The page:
Venture funding in Connecticut stalled in 2011, falling 37 percent from a year earlier, even as deal making picked up across the rest of the country. Venture capitalists injected about $135 million in Connecticut companies during 2011, a 37 percent decline from the nearly $216.5 million invested in the year-ago period. That sum represents 55 deals, compared to 59 deals in 2010. Read more at Hartford Business Journal’s analysis article, by Greg Bordonaro.
MoneyTree report 4th quarter 2012 press release: Clean Technology and Internet Sectors Show Double-Digit Gains in 2011
Venture capitalists invested $28.4 billion in 3,673 dealsin 2011, an increase of 22 percent in dollars and a 4 percent rise in deals over the prior year,according to the MoneyTree Report by PricewaterhouseCoopers LLP and the National VentureCapital Association (NVCA), based on data from Thomson Reuters. The amount of venture dollars invested in 2011 represents the third highest annual investment total in the past ten years. Investments in the fourth quarter of 2011 totaled $6.6 billion in 844 deals, a 10 percent decreasein dollars and an 11 percent decrease in deals from the third quarter of 2011 when $7.3 billionwent into 953 deals.
Double-digit increases in investment dollars in 2011 were spread across a number of industries, including the Clean Technology and Internet-Specific sectors. Investment dollars also increased across every stage of development category, with the exception of a 48 percent decrease in SeedStage investments. First-time financings rose in 2011 compared to the prior year, however, fourth quarter investing did show a decline in both first-time dollars and deals when compared to Q3 2011.
“As previously projected, venture capital investing in 2011 exceeded 2010 levels and ranks in the top three years for VC investing in the past decade,” noted Tracy T. Lefteroff, global managingpartner of the venture capital practice at PricewaterhouseCoopers. “We saw a resurgence in investments in Clean Technology and Internet-specific companies in 2011, as well as a bit of a jump in average funding in the Internet sector. However, while venture capitalists continue to show their interest in these areas, they are acting prudently and not chasing excessive valuations. Accordingly, despite the increase in investing, we’re unlikely to see these sectors overheat like we saw in the 1999 to 2000 era.”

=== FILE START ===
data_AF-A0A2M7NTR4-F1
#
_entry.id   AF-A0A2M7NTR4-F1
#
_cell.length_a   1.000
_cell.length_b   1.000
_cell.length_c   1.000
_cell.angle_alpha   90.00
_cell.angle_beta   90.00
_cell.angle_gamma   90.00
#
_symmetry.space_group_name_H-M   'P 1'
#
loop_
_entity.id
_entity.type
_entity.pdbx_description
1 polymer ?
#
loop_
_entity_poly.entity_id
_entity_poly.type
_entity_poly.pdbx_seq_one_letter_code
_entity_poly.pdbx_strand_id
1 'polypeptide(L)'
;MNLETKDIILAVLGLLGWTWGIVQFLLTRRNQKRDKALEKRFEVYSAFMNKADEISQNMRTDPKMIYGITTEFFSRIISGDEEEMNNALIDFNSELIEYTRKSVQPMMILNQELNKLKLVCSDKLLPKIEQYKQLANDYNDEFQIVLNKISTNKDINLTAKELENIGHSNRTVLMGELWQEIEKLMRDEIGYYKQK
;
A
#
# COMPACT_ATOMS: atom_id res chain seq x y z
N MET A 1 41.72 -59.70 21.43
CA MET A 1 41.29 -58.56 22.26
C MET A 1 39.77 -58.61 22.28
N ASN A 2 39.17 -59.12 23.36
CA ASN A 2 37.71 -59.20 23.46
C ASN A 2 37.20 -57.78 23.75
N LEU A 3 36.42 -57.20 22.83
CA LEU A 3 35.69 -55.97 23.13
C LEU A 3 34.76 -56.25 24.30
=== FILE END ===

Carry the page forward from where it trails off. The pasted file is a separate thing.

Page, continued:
“While venture capital investment grew in 2011, it is important to note that deal volume growth did not keep pace with dollar growth,” said Mark Heesen, president of NVCA. “In most industry sectors, round sizes increased significantly, driving the higher investment levels across most stages of investment. Reasons for this phenomenon differ depending on area of investment. For some, the higher rounds are driven by the challenging exit market which requires venture capitalists to fuel their existing portfolios longer and at greater investment levels than in the past. This is particularly acute in the life sciences and clean tech sectors. In other sectors such as Internet, software and media, the higher rounds speak to increasing valuations. Given the diversity of the venture investment landscape, we expect these notable distinctions to continue into 2012 as our industry sectors are impacted differently by the continued economic uncertaintyand ongoing opportunities in the market.” …